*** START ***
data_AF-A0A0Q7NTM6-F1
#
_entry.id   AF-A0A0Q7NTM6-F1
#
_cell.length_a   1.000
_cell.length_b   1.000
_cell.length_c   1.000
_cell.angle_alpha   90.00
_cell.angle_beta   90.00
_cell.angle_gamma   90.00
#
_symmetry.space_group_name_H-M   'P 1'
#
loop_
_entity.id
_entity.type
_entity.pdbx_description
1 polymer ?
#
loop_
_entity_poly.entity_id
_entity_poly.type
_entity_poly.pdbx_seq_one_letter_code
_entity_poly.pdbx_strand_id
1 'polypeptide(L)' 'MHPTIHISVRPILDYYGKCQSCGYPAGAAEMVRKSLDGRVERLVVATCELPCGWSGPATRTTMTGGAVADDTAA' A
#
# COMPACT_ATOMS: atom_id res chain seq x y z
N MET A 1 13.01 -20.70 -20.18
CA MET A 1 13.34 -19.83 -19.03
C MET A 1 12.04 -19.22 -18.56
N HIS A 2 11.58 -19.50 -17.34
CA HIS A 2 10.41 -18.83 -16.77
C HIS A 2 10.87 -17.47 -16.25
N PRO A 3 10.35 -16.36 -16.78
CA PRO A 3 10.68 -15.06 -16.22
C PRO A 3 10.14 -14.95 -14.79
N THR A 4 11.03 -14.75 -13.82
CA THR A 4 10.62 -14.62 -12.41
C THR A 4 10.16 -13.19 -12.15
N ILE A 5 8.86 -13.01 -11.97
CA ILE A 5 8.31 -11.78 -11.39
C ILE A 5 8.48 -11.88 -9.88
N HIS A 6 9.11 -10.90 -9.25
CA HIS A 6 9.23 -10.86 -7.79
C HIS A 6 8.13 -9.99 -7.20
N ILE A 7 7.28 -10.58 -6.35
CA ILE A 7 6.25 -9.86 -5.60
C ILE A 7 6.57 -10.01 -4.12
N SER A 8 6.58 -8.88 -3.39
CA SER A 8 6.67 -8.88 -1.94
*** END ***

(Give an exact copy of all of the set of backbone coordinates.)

data_AF-A0A0Q7NTM6-F1
#
_entry.id   AF-A0A0Q7NTM6-F1
#
_cell.length_a   1.000
_cell.length_b   1.000
_cell.length_c   1.000
_cell.angle_alpha   90.00
_cell.angle_beta   90.00
_cell.angle_gamma   90.00
#
_symmetry.space_group_name_H-M   'P 1'
#
loop_
_entity.id
_entity.type
_entity.pdbx_description
1 polymer ?
#
loop_
_entity_poly.entity_id
_entity_poly.type
_entity_poly.pdbx_seq_one_letter_code
_entity_poly.pdbx_strand_id
1 'polypeptide(L)' 'MHPTIHISVRPILDYYGKCQSCGYPAGAAEMVRKSLDGRVERLVVATCELPCGWSGPATRTTMTGGAVADDTAA' A
#
# COMPACT_ATOMS: atom_id res chain seq x y z
N MET A 1 13.01 -20.70 -20.18
CA MET A 1 13.34 -19.83 -19.03
C MET A 1 12.04 -19.22 -18.56
N HIS A 2 11.58 -19.50 -17.34
CA HIS A 2 10.41 -18.83 -16.77
C HIS A 2 10.87 -17.47 -16.25
N PRO A 3 10.35 -16.36 -16.78
CA PRO A 3 10.68 -15.06 -16.22
C PRO A 3 10.14 -14.95 -14.79
N THR A 4 11.03 -14.75 -13.82
CA THR A 4 10.62 -14.62 -12.41
C THR A 4 10.16 -13.19 -12.15
N ILE A 5 8.86 -13.01 -11.97
CA ILE A 5 8.31 -11.78 -11.39
C ILE A 5 8.48 -11.88 -9.88
N HIS A 6 9.11 -10.90 -9.25
CA HIS A 6 9.23 -10.86 -7.79
C HIS A 6 8.13 -9.99 -7.20
N ILE A 7 7.28 -10.58 -6.35
CA ILE A 7 6.25 -9.86 -5.60
C ILE A 7 6.57 -10.01 -4.12
N SER A 8 6.58 -8.88 -3.39
CA SER A 8 6.67 -8.88 -1.94